Michael Kelly has always been great as Doug, giving layers to the man behind every “Yes sir” and head nod. Doug was a character that, in the beginning of the show, was always ancillary to the action. Slowly, particularly through the second season, we were able to see the man underneath. We learned the demons that haunted him. Doug’s final moment in this episode, where he succumbs to the temptation and drinks again, has been built to ever since his alcoholism was brought to focus in the first season while dealing with Russo. Doug is an addict, always has been, but had turned his addiction toward his service toward Frank. He was addicted to being useful, and would suffer no matter what. His fear so pushed him that a broken arm wasn’t enough to deter him away from a meeting with the new President. Without his fix from the Underwoods, he turned toward his old poison. We find ourselves with yet another victim of Frank’s ruthless drive upward.
When finally we’re given focus to Frank, we find that the Presidency wasn’t everything he had dreamed it to be. Approval is plummeting, opposition is mounting in both parties, and his big fix, a jobs plan called America Works, is stalling. We’ve seen Frank desperate, but there seems to be such frustration in his every glance. He has attained the power he always wanted, but the world seems determined to keep his from truly partaking in it. He and Claire are even sleeping in separate rooms. He desperately is trying to make the American people understand, but even as the President of the United States he finds himself the butt of ridicule on TV. He needs a visionary move, something that would give him both approval and a legacy. If he could only wipe out unemployment, he would prove himself as more than a simple Placeholder President.
Even Claire, his constant confidant and co-conspirator, has ambitions of her own to follow. Claire seeks to become Ambassador to the UN, desperately wishes to build up a resume and a wealth of experience for her own future endeavors, and won’t take “no” for an answer. Many of the members of the Underwood administration disagree with her ambitions, and Frank finds his own doubts growing as well.
Isn’t it only appropriate that a drone strike, aimed at a terrorist, is what brings them back together? Even if kids might have been killed in the process? As they walk back to their rooms, hand in hand, it really is clear just how perfect for each other they are. Both Robin Wright and Kevin Spacey were incredible this episode, and it feels as if we never left. Claire’s speech as she entered Frank’s bedroom was powerful. She has always been strong, but she is now willing to stand before her husband and challenge him. Meanwhile, Frank’s speech to the America Works committee showed us just where Frank finds himself mentally. He needs to do something grand if he has any hopes of reelection in 2016, and he’s running out of time.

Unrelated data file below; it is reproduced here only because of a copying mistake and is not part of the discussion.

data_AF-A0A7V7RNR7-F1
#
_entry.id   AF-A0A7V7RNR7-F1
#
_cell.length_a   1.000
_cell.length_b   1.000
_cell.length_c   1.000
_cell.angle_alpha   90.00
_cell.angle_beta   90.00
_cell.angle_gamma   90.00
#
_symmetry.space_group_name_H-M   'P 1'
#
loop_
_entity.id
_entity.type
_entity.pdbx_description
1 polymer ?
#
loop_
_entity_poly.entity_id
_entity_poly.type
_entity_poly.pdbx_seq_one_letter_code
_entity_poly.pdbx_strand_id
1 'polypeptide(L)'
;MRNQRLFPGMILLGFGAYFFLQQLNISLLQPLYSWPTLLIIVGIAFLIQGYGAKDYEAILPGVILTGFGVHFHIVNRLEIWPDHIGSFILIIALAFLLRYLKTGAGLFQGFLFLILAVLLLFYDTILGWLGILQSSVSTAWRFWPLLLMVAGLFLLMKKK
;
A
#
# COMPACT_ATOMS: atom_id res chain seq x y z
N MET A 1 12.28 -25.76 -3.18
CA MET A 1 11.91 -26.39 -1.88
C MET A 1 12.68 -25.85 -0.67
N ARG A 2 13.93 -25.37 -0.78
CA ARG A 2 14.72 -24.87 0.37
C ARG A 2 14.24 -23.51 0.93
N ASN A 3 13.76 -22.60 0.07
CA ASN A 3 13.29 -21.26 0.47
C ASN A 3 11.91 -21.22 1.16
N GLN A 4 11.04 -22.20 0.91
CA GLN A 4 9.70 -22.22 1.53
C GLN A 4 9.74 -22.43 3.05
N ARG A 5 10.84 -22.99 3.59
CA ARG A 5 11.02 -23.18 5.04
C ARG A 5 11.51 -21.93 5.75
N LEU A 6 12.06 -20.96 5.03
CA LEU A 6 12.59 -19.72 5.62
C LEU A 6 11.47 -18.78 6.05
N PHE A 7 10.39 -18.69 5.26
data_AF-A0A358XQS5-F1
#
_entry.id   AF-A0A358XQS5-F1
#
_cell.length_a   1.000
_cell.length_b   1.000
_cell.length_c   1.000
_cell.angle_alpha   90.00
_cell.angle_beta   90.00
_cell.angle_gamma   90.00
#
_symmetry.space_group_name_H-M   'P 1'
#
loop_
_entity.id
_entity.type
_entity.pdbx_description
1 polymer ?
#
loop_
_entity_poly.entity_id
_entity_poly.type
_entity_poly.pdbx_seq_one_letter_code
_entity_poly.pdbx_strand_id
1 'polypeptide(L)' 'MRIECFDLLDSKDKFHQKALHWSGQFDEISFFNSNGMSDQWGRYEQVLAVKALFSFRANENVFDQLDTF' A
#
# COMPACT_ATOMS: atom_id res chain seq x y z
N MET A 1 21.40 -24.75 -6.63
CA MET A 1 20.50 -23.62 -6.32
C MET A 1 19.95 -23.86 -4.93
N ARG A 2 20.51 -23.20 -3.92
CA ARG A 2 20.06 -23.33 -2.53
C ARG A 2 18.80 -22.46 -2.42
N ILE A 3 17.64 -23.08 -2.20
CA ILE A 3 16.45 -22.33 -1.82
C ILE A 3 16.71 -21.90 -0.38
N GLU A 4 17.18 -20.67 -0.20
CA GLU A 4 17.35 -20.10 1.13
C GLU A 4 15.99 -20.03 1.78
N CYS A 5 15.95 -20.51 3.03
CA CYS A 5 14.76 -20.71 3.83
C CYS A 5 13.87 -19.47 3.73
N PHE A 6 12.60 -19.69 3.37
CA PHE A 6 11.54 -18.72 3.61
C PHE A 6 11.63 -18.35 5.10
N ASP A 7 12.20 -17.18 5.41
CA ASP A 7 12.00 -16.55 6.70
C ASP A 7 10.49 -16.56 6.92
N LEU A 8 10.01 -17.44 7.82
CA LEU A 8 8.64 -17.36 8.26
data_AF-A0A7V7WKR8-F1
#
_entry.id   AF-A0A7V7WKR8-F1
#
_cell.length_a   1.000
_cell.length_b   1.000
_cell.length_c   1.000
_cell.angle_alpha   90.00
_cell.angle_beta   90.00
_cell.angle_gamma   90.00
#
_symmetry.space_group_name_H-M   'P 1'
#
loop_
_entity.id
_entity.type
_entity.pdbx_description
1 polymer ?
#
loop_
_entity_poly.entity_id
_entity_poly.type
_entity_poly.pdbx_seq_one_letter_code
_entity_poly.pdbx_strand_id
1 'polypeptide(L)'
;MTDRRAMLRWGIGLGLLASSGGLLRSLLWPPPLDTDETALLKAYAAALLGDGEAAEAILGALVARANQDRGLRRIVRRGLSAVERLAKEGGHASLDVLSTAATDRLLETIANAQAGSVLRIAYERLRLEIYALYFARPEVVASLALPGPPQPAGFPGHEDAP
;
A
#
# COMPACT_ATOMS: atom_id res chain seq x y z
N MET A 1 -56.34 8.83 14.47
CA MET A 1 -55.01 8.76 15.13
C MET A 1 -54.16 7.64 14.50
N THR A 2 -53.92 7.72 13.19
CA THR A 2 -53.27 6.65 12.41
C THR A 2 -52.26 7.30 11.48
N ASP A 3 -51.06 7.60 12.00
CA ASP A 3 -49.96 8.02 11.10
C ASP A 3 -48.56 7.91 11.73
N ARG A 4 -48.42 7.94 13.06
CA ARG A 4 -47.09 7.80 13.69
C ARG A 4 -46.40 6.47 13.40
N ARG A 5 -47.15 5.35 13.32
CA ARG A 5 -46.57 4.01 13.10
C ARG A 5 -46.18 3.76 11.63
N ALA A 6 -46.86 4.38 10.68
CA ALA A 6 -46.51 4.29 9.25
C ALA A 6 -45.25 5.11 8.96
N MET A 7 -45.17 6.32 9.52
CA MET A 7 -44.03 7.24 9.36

While this episode didn’t have the enticing appeal of the first season’s premiere or a shocking murder like the second, it was unafraid to change up the formula. By only giving us glances of the Underwoods and their positions by focusing on Doug for the entirety of the this premiere, it showed that this season may be more interesting in changing the way things work moving forward. Doug is as the lowest we’ve ever seen him, and both of the Underwoods find themselves fighting an uphill battle moving forward. Despite our characters being as high as they can climb, we’ve never seen this form of desperation before. Frank no longer has an easy enemy, instead now battling against the fickle approval of the American populace. He has to prove himself a strong leader, and man that can make the hard decisions, while still keeping their trust.
This could get pretty good.
Final Score: 8/10
And just for good measure, he’s a fun Frank-ism.